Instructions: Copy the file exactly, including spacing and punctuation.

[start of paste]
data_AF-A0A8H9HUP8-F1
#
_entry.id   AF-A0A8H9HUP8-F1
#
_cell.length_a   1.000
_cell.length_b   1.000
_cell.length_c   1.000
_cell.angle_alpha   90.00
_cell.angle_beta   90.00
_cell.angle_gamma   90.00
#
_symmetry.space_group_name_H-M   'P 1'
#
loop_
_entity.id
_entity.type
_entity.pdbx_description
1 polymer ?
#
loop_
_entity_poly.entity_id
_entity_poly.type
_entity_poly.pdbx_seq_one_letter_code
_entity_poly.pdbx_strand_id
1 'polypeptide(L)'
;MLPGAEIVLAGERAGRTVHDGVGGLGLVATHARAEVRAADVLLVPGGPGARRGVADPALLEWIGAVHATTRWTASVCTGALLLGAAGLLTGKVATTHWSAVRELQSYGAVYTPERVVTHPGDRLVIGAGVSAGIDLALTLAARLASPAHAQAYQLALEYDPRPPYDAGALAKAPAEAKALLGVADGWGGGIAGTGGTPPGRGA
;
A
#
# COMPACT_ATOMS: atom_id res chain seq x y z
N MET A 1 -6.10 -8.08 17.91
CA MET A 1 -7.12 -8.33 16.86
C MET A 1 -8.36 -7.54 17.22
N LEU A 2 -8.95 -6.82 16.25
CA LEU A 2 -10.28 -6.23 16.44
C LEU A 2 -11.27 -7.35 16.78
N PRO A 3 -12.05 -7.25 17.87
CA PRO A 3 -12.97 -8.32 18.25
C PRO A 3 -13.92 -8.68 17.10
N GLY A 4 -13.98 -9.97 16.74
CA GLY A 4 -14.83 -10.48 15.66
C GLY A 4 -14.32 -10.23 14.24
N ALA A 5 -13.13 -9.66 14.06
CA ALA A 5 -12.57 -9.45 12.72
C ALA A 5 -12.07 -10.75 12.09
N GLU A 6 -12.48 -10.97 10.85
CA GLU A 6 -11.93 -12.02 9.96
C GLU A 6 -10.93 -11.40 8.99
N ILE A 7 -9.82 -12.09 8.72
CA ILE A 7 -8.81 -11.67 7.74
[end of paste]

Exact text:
data_AF-A0A8H9HUP8-F1
#
_entry.id   AF-A0A8H9HUP8-F1
#
_cell.length_a   1.000
_cell.length_b   1.000
_cell.length_c   1.000
_cell.angle_alpha   90.00
_cell.angle_beta   90.00
_cell.angle_gamma   90.00
#
_symmetry.space_group_name_H-M   'P 1'
#
loop_
_entity.id
_entity.type
_entity.pdbx_description
1 polymer ?
#
loop_
_entity_poly.entity_id
_entity_poly.type
_entity_poly.pdbx_seq_one_letter_code
_entity_poly.pdbx_strand_id
1 'polypeptide(L)'
;MLPGAEIVLAGERAGRTVHDGVGGLGLVATHARAEVRAADVLLVPGGPGARRGVADPALLEWIGAVHATTRWTASVCTGALLLGAAGLLTGKVATTHWSAVRELQSYGAVYTPERVVTHPGDRLVIGAGVSAGIDLALTLAARLASPAHAQAYQLALEYDPRPPYDAGALAKAPAEAKALLGVADGWGGGIAGTGGTPPGRGA
;
A
#
# COMPACT_ATOMS: atom_id res chain seq x y z
N MET A 1 -6.10 -8.08 17.91
CA MET A 1 -7.12 -8.33 16.86
C MET A 1 -8.36 -7.54 17.22
N LEU A 2 -8.95 -6.82 16.25
CA LEU A 2 -10.28 -6.23 16.44
C LEU A 2 -11.27 -7.35 16.78
N PRO A 3 -12.05 -7.25 17.87
CA PRO A 3 -12.97 -8.32 18.25
C PRO A 3 -13.92 -8.68 17.10
N GLY A 4 -13.98 -9.97 16.74
CA GLY A 4 -14.83 -10.48 15.66
C GLY A 4 -14.32 -10.23 14.24
N ALA A 5 -13.13 -9.66 14.06
CA ALA A 5 -12.57 -9.45 12.72
C ALA A 5 -12.07 -10.75 12.09
N GLU A 6 -12.48 -10.97 10.85
CA GLU A 6 -11.93 -12.02 9.96
C GLU A 6 -10.93 -11.40 8.99
N ILE A 7 -9.82 -12.09 8.72
CA ILE A 7 -8.81 -11.67 7.74